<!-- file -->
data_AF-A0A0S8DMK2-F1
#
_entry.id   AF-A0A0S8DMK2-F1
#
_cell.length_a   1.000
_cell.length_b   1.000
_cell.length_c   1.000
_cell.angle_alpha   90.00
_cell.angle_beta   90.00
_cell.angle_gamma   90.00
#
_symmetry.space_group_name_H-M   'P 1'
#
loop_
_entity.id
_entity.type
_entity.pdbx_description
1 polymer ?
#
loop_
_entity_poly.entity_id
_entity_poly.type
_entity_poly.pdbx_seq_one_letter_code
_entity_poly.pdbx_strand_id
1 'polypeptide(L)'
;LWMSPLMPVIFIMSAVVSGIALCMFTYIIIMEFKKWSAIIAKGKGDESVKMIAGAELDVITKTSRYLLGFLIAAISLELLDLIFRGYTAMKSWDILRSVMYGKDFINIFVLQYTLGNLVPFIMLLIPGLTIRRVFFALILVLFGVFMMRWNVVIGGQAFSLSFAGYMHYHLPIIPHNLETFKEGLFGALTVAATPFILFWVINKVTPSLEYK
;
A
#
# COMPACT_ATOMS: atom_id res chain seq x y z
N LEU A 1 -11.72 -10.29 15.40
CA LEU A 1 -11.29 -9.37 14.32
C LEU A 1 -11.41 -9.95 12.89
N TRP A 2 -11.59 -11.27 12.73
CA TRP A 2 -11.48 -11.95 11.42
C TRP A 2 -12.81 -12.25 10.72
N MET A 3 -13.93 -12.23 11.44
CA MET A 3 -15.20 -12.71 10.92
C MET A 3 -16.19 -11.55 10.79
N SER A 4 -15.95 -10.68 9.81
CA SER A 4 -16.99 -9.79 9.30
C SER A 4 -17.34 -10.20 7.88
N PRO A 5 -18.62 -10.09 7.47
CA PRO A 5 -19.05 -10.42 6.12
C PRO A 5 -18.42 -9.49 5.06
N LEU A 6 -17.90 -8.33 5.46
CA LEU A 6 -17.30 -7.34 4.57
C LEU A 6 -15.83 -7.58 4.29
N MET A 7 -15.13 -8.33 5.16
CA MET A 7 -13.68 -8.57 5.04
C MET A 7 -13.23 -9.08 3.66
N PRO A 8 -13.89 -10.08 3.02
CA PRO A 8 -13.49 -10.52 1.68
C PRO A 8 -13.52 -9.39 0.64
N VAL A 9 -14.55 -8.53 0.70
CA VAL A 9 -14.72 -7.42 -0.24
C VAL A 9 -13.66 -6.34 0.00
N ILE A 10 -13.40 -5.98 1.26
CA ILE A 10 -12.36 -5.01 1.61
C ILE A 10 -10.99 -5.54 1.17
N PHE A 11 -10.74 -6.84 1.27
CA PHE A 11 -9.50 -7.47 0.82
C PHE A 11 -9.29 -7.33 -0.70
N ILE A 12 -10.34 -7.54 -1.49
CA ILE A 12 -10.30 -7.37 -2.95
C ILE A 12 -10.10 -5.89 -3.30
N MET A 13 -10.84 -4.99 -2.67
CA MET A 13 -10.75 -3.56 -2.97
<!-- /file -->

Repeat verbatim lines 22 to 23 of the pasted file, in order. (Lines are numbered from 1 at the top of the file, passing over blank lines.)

_entity_poly.type
_entity_poly.pdbx_seq_one_letter_code